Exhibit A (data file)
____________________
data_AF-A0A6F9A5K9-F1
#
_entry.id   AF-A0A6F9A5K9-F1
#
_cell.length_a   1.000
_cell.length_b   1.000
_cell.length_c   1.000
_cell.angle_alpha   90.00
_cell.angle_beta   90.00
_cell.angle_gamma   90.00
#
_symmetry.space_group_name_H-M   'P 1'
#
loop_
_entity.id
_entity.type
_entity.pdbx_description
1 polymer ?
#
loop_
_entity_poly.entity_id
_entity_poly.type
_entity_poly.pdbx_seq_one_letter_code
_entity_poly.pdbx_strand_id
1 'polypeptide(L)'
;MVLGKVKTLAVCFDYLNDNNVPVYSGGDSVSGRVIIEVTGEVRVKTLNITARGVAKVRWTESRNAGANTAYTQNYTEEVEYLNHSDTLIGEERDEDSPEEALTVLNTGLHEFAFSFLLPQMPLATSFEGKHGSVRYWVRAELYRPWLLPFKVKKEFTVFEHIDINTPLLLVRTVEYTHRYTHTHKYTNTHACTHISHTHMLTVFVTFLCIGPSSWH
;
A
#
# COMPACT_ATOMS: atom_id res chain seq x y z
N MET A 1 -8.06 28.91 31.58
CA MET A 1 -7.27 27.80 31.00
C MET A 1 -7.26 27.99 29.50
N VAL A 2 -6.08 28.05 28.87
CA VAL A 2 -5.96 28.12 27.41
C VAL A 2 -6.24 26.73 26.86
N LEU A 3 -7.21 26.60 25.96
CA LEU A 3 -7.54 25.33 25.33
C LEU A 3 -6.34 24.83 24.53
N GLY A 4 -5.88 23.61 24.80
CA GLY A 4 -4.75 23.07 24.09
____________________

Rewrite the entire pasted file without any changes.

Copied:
data_AF-A0A6F9A5K9-F1
#
_entry.id   AF-A0A6F9A5K9-F1
#
_cell.length_a   1.000
_cell.length_b   1.000
_cell.length_c   1.000
_cell.angle_alpha   90.00
_cell.angle_beta   90.00
_cell.angle_gamma   90.00
#
_symmetry.space_group_name_H-M   'P 1'
#
loop_
_entity.id
_entity.type
_entity.pdbx_description
1 polymer ?
#
loop_
_entity_poly.entity_id
_entity_poly.type
_entity_poly.pdbx_seq_one_letter_code
_entity_poly.pdbx_strand_id
1 'polypeptide(L)'
;MVLGKVKTLAVCFDYLNDNNVPVYSGGDSVSGRVIIEVTGEVRVKTLNITARGVAKVRWTESRNAGANTAYTQNYTEEVEYLNHSDTLIGEERDEDSPEEALTVLNTGLHEFAFSFLLPQMPLATSFEGKHGSVRYWVRAELYRPWLLPFKVKKEFTVFEHIDINTPLLLVRTVEYTHRYTHTHKYTNTHACTHISHTHMLTVFVTFLCIGPSSWH
;
A
#
# COMPACT_ATOMS: atom_id res chain seq x y z
N MET A 1 -8.06 28.91 31.58
CA MET A 1 -7.27 27.80 31.00
C MET A 1 -7.26 27.99 29.50
N VAL A 2 -6.08 28.05 28.87
CA VAL A 2 -5.96 28.12 27.41
C VAL A 2 -6.24 26.73 26.86
N LEU A 3 -7.21 26.60 25.96
CA LEU A 3 -7.54 25.33 25.33
C LEU A 3 -6.34 24.83 24.53
N GLY A 4 -5.88 23.61 24.80
CA GLY A 4 -4.75 23.07 24.09